The Probate Scandal

Nobody likes being ripped off - particularly at a time of bereavement - but all too often that's exactly what greedy banks and solicitors do! We're not implying that banks and solicitors are negligent in their task - only that in a great many cases they overcharge for their services.

We do understand that legal costs are an expense you'd rather avoid. And even though the costs are paid from the deceased's money, there's still a duty to maximise what's available for beneficiaries.

Solicitors and banks are regularly criticised - and quite rightly so - for the excessive charges they levy for administering deceased estates. Most solicitors charge a percentage fee based on the value of the estate - typically 1.5% to 2.5% - and banks typically 4% to 6%.

Take, for example, a £500,000 estate, and assuming that there are no additional hourly or other fees charged on top:

A solicitor charging 1.5% would cost £7,500 + VAT + disbursements

A bank charging 4.0% would cost £20,000 + VAT + disbursements

And the entire estate could be in just one bank account!

What's more why, should a bank account containing £500,000 cost any more to deal with than one containing just £5,000?

Clearly - it shouldn't - yet that's exactly what happens with percentage fee charging! So at just a 1.5% charge the account with £500,000 costs £7,500 to administer compared with £75 for the account holding £5,000.

Quite frankly, charging a percentage fee is simply outrageous and greedy!

And if a solicitor or bank has been appointed as Executor and the death has occurred, it's a devil of a job to get them to voluntarily renounce their position and even an expensive Court application may be unsuccessful.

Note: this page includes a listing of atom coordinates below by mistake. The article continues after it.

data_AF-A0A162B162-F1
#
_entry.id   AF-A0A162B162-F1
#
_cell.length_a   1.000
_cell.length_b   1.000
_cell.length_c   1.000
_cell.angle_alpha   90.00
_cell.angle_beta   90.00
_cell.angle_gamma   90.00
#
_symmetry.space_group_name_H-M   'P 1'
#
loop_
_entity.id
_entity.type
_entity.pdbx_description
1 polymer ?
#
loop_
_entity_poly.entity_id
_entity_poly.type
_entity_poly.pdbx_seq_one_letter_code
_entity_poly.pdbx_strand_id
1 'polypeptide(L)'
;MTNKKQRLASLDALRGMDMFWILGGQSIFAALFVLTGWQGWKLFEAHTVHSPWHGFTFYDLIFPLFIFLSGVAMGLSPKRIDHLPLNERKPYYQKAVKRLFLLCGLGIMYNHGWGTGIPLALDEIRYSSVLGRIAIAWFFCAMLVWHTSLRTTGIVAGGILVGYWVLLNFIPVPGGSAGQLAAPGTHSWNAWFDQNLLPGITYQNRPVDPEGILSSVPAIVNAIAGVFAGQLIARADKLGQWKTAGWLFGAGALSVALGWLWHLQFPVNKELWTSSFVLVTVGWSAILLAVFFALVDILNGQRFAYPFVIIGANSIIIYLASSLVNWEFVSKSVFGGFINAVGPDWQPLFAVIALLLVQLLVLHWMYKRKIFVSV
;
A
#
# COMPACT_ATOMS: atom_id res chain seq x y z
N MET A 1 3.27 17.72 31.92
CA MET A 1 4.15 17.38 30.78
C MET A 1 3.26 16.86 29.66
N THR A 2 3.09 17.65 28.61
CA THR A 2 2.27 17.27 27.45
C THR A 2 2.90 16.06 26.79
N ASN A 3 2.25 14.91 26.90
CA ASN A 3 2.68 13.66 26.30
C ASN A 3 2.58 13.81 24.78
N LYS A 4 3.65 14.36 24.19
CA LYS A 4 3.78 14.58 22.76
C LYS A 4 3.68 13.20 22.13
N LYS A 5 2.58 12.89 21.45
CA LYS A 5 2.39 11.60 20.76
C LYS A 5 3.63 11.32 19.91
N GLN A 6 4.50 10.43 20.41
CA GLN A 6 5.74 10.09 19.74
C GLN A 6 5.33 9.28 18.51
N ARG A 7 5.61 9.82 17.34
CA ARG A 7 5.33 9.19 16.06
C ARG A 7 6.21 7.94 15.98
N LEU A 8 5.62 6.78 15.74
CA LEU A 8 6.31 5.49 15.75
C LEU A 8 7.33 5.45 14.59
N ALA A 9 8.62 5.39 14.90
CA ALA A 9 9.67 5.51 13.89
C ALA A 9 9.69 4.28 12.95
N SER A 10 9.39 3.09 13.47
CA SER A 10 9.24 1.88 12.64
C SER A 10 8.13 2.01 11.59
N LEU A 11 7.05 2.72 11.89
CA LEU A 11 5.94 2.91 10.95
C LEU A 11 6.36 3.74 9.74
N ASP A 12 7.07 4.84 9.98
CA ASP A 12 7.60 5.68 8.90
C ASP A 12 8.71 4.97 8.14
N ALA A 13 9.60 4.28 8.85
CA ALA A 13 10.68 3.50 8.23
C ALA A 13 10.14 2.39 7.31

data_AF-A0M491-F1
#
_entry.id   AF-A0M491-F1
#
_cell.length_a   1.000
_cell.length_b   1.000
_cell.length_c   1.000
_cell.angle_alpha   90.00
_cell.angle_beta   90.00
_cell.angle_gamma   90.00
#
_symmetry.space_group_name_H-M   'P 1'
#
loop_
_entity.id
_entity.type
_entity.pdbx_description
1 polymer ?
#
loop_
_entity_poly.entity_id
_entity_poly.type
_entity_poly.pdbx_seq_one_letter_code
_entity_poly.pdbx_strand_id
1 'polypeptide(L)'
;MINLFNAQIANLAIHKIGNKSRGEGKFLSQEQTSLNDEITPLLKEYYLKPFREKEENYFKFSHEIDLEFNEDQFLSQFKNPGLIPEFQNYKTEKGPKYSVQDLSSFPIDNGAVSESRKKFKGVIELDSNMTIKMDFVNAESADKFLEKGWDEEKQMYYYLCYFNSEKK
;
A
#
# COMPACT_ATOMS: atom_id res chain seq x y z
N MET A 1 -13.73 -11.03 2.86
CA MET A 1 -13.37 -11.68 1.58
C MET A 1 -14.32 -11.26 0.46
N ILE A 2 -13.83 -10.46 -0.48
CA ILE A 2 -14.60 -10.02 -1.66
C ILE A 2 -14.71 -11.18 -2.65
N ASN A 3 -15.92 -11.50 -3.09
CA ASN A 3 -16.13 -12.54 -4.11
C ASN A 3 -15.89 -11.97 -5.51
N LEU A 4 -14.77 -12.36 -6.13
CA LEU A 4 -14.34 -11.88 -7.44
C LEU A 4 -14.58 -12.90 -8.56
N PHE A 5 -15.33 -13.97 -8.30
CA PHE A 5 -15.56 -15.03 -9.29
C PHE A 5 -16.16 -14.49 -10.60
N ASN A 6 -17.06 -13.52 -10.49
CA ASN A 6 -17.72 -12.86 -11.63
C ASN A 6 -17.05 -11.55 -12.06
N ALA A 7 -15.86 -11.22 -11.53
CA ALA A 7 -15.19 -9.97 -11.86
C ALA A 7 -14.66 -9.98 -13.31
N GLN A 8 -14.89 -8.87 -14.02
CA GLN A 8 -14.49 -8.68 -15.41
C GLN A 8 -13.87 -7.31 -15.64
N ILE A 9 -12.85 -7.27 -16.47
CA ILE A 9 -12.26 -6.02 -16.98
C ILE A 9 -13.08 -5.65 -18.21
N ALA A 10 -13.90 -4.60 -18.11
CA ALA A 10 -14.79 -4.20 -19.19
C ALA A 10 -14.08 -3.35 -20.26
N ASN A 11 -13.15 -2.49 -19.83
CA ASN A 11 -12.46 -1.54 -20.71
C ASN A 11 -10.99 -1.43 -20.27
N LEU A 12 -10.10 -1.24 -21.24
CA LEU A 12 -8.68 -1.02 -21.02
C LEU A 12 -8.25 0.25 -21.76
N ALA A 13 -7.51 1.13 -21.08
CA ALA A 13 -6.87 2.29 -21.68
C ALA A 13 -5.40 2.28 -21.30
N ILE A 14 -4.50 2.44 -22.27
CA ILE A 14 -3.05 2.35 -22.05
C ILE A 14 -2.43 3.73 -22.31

There was even a recent Court case concerning a solicitor who bizarrely calculated his Probate fees based entirely on the thickness and weight of the files. Hard to believe - but true!

The alternative is to charge a fixed monetary fee - yet few solicitors will offer this - and neither will banks.

Some comparative charges

The following is a summary of an article comparing charges for estate administration that appeared in The Times newspaper - based on a specimen estate (of the last surviving spouse):

House £300,000
Shares (held in 10 blue chip companies) £50,000
Unit Trusts (5 holdings of equal value) £50,000
Savings Accounts (5 separate holdings) £100,000
Total Estate Value £500,000


The estate was to be divided equally between 6 beneficiaries. There were no Will problems, no other complications, and no family disputes over legacies.

The charges quoted in the article were as follows:

NatWest Bank £15,000
Coutts Bank £13,000
Barclays Bank £17,140
Royal Bank of Scotland £15,000
Bank of Scotland £11,000
Lloyds TSB £20,000
HSBC £15,000
Wealthguard fee (based on the same estate) £1,500

All the above fees are plus VAT and disbursements

Wealthguard's fee (excluding VAT) represents just 0.3% of the overall gross value of this estate.

  • Institute of Professional Willswriters
  • The Office of Fair Trading
OFT approved code of practice
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